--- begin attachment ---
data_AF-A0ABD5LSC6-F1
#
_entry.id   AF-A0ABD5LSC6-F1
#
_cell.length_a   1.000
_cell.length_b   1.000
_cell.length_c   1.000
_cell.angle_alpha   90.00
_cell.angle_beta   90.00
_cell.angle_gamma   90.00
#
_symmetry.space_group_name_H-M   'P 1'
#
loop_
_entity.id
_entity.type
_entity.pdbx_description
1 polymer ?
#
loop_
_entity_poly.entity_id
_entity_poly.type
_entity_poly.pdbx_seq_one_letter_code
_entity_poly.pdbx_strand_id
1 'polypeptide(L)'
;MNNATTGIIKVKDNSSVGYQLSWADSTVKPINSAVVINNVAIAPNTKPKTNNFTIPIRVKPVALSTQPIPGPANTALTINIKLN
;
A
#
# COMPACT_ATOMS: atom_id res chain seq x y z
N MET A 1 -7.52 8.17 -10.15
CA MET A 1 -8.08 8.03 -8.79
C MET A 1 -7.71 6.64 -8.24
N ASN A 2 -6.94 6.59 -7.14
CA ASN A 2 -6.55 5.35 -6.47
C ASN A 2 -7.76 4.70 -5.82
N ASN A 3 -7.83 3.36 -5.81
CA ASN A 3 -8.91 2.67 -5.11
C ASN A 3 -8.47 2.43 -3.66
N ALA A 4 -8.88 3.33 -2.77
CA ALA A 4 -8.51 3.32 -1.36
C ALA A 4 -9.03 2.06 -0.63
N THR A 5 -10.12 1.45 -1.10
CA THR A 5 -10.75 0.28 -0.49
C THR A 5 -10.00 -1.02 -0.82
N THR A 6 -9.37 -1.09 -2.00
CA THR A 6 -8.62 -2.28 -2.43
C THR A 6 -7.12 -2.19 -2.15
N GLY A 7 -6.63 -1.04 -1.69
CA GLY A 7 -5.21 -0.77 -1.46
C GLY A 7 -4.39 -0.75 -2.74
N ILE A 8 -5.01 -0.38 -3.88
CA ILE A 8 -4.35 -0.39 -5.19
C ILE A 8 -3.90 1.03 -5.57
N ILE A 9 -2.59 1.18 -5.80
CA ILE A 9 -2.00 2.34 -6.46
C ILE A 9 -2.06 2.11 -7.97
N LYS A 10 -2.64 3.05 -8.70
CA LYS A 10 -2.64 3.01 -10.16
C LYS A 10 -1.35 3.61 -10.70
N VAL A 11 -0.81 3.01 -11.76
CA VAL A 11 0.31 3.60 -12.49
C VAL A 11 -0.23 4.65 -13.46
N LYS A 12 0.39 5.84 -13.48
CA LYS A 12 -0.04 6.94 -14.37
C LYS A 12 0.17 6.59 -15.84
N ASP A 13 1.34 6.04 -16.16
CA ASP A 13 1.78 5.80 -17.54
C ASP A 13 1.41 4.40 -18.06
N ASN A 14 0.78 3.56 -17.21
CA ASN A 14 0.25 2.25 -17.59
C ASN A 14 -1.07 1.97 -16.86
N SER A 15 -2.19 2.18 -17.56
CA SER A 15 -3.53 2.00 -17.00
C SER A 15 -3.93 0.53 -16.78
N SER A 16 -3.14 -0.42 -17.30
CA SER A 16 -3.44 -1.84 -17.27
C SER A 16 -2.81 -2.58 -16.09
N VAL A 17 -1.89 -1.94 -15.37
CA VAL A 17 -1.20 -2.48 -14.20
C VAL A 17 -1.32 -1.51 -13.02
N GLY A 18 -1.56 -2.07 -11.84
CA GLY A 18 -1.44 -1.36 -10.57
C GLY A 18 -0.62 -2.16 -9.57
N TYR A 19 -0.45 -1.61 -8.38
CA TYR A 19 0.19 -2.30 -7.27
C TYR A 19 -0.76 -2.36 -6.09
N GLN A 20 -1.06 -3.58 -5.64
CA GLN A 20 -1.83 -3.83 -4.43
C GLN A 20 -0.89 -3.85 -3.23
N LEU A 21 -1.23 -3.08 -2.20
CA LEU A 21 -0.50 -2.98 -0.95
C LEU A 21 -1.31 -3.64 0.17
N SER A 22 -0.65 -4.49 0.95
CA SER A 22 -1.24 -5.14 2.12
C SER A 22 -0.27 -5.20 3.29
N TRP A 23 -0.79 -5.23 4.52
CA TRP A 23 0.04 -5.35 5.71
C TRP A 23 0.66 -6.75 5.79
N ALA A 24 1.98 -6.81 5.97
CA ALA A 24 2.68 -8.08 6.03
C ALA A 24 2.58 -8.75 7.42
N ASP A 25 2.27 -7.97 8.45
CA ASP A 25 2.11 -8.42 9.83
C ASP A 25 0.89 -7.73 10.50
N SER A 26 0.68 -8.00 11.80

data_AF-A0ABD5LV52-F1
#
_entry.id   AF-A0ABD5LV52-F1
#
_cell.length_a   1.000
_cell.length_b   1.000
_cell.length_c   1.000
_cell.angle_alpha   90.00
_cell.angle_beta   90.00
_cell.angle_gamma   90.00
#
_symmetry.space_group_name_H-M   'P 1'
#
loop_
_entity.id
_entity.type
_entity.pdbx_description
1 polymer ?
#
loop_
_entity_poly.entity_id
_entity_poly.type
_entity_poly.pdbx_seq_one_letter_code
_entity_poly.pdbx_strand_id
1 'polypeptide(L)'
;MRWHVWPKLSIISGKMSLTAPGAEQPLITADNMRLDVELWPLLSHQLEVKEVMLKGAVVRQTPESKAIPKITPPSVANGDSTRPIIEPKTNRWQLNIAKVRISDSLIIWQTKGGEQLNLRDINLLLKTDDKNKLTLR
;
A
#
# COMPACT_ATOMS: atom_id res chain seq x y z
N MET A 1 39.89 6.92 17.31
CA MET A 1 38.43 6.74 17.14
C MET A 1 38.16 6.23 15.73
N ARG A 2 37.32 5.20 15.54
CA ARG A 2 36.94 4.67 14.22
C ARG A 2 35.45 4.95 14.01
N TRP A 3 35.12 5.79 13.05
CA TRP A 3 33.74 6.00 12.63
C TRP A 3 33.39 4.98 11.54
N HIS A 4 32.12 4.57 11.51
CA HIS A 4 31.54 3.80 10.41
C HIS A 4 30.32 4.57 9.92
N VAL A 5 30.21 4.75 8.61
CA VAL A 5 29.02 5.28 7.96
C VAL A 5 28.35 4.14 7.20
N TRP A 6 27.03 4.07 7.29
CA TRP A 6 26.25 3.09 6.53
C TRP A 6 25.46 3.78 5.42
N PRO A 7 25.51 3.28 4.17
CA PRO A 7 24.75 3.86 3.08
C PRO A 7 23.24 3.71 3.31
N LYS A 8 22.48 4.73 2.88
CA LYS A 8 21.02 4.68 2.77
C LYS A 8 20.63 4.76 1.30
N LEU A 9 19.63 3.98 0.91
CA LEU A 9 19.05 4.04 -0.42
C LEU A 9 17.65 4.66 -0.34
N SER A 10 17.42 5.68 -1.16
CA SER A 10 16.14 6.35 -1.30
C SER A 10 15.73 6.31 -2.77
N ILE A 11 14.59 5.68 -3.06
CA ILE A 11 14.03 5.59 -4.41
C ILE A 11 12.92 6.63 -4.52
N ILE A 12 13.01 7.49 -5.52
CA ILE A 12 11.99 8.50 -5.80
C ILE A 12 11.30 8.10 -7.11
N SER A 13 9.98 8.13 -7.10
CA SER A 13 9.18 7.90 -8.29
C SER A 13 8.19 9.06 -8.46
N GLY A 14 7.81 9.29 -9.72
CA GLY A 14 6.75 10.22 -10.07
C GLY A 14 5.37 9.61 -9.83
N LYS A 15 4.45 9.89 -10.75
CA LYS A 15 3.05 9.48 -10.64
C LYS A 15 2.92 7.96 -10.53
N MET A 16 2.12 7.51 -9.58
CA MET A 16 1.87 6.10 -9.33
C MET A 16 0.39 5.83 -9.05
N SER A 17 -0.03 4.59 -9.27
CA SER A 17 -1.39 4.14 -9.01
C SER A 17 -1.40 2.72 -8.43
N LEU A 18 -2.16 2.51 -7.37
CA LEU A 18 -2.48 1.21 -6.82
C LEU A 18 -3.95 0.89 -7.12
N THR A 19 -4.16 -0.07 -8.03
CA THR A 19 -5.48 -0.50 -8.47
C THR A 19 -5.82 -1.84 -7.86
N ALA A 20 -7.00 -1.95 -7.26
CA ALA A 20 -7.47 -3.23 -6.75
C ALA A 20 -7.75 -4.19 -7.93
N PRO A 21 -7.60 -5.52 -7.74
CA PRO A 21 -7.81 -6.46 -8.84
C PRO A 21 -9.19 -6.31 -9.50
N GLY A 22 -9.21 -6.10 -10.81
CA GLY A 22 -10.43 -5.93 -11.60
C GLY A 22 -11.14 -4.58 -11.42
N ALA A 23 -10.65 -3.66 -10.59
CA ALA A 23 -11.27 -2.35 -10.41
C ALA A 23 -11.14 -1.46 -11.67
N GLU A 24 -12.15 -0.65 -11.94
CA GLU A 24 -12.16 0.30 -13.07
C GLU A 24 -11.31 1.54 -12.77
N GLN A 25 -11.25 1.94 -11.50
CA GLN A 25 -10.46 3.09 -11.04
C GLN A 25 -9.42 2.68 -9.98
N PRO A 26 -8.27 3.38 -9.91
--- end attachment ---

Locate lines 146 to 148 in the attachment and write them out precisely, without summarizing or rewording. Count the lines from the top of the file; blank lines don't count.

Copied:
N HIS A 4 32.12 4.57 11.51
CA HIS A 4 31.54 3.80 10.41
C HIS A 4 30.32 4.57 9.92